Betaflame says:

There is one reason...

“because there’s no reason for them to protect it.”

While there may be no legal reason for protecting it, companies who lose customer data like this are penalised. Not by the gov’t but by the customers. If a customer doesn’t feel safe with you having there info they will not remain with that company. It has happened in the past, and I know of a few major companies who look at keeping customer data safe as a top priority. Banks have known this for year, I’m surprised other companies are taking so long to realise data leaks = bad thing.

UCLA Sucks says:

UCLA is one of the nation’s leaders in losing people’s information. They are never held liable for their information leaks, which is probably why it happens over and over.

Not only that, but UCLA is a school. Because it is a school, it has the right to use means that are illegal for commercial companys to track you down and to sell your information. The law states that you must contact UCLA and ask them not to sell your information, or they may do it.

I hate that UCLA tracks me down wherever I move within about 1 month. I hate that they hold onto my information. I hate that their data gets compromised so often.

These companies, and non profit institutions should be held fully accountable for these information leaks due to negligence.

ehrichweiss says:

HIPAA

As someone already pointed out, this falls under HIPAA and they can be fined BIG TIME. I know of a “network administrator” *cough cough* who setup a piss poor router for a medical billing company and he claimed to know about HIPAA. A year later they discovered the idiot left a major hole open and that data had possibly been compromised and my friend, who had warned him about all of this being a possibility, testified as an expert witness against him.

No wonder I lie about my SSN, etc. these days. I’m sure someone else will collect my benefits but I don’t really pay into social security anyway so what are they gonna get an extra $4/month?!!?

TheDock22 says:

Re: HIPAA

HIPAA is the Health Insurance Portability and Accountability Act, so it only applies to Medical/Health companies.

What about credit card companies and such? What happens when the FBI screws up? Nothing.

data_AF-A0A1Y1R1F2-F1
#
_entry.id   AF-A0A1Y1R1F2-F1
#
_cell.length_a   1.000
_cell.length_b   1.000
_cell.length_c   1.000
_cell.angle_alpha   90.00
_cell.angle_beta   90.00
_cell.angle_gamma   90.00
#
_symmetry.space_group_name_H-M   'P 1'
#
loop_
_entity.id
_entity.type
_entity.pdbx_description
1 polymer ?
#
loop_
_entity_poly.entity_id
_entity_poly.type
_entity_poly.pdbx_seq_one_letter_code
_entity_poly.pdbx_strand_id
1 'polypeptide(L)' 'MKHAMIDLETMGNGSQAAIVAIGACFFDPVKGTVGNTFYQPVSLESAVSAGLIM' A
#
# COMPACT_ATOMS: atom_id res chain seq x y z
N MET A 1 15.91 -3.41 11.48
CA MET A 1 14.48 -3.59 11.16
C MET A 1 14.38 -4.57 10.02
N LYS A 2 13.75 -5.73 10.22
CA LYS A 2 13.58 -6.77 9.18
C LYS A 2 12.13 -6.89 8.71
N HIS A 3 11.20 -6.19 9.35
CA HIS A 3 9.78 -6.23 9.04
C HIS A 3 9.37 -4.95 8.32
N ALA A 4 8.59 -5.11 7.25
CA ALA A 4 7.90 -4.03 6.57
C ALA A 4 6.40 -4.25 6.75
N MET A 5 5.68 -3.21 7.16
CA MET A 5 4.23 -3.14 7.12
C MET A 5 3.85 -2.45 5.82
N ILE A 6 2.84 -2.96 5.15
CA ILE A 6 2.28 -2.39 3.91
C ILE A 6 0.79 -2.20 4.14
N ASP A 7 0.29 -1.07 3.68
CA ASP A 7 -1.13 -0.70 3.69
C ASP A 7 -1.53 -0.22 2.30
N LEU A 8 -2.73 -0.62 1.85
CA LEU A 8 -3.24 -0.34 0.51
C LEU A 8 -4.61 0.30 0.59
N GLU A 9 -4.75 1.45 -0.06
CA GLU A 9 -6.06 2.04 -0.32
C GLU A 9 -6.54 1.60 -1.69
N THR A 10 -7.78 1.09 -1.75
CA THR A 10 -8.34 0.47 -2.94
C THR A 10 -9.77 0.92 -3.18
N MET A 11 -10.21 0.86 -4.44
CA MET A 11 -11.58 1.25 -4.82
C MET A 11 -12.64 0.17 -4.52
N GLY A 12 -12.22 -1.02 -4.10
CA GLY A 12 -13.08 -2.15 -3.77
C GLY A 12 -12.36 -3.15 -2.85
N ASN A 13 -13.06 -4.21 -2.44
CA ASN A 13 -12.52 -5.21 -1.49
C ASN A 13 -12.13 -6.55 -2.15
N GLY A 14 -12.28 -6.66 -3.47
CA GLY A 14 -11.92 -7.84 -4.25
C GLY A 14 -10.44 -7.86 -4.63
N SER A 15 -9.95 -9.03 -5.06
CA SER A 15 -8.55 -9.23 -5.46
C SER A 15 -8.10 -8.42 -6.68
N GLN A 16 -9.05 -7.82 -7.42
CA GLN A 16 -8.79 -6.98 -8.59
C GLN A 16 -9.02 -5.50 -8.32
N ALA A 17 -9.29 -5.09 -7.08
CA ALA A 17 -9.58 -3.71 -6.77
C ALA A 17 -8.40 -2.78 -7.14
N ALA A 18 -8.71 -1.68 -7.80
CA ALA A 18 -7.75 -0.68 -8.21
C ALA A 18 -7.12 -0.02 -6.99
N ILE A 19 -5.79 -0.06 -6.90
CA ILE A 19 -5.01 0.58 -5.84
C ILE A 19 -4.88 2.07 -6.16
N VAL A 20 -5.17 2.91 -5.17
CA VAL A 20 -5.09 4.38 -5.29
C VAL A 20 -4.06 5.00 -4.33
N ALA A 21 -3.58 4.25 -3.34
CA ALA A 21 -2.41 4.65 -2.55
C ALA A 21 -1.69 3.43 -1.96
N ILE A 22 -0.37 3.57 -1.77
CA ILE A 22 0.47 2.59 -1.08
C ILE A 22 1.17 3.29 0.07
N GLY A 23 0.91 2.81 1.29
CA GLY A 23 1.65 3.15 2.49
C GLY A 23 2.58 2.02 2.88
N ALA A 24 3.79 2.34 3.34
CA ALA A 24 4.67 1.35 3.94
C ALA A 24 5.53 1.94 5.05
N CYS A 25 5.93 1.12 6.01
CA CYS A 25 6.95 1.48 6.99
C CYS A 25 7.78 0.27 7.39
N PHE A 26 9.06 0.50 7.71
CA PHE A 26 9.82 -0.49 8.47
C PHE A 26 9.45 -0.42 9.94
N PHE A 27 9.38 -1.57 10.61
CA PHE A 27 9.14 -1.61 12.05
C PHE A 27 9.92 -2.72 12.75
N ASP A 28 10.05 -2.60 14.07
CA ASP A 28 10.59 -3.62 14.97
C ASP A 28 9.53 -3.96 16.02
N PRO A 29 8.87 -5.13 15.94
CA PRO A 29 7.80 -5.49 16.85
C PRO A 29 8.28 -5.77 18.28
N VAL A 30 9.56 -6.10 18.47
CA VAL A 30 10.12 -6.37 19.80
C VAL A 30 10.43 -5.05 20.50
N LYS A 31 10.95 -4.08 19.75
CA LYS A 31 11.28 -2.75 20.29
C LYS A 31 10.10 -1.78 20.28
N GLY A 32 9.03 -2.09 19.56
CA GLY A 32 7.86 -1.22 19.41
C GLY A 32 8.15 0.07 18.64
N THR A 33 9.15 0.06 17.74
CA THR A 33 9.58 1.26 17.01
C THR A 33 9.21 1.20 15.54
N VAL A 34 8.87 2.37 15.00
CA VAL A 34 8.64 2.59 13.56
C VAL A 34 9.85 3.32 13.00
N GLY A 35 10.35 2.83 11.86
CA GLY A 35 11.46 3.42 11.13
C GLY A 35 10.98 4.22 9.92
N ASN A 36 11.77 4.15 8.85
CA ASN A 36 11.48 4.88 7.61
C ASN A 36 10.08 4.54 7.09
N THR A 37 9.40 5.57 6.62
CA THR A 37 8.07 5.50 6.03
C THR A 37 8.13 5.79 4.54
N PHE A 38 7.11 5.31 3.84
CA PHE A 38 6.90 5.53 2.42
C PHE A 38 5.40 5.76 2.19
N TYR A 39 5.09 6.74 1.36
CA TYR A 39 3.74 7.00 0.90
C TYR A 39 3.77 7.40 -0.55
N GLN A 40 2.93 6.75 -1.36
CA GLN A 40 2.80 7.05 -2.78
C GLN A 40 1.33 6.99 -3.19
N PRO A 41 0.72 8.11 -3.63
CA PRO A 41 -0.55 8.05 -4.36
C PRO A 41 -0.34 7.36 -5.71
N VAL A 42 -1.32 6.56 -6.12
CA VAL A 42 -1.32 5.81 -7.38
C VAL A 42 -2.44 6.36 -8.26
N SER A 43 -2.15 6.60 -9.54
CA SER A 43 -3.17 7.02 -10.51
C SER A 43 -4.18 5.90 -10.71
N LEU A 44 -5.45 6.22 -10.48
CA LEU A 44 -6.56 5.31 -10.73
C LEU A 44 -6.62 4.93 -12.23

Also, the company that lost the information was a subsidiary company under a Health insurance company. I’m not sure they can legally be fined using HIPPA, those rules apply to 1st party companies as far as I know.

Tyshaun says:

Re: Re: HIPAA

HIPAA is the Health Insurance Portability and Accountability Act, so it only applies to Medical/Health companies.

What about credit card companies and such? What happens when the FBI screws up? Nothing.

Also, the company that lost the information was a subsidiary company under a Health insurance company. I’m not sure they can legally be fined using HIPPA, those rules apply to 1st party companies as far as I know.

HIPAA was written in such a way as to create a “chain of custody” for your information. Basically any recipient or handler of information that was acquired under HIPAA must be HIPAA compliant.

Tyshaun says:

Re: Re: HIPAA

The only reason HIPAA applies is that this particular instance was about an insurance company. No, it does not apply to credit card companies, and in fact, a lot of CC companies write the fine print of their contracts such that you authorize them to distribute your information as they please (for instance, report your credit status to the credit bureaus). Given that fact, I’m not even sure a law written to penalize the situation described would even work for a company where you sign an authorization for them to distribute your information.

Phibian says:

Benefit of the doubt

Should note that it isn’t clear that the disk has actually been stolen. Although still a boneheaded thing to do, the fact is that the CD *could* have simply been misplaced (and I’ve seen important papers, CDs and even equipment go missing all the time and it has always been disorganization or carelessness that is the problem rather than thieves)

Burned CDs are not the most reliable way to transfer information anyway. Even if stolen, assuming the burned CD contents will still be legible on the CD a year from now is a bit of a stretch – all they have to do is actually leave it out on a sunny desk somewhere and poof – the data is gone.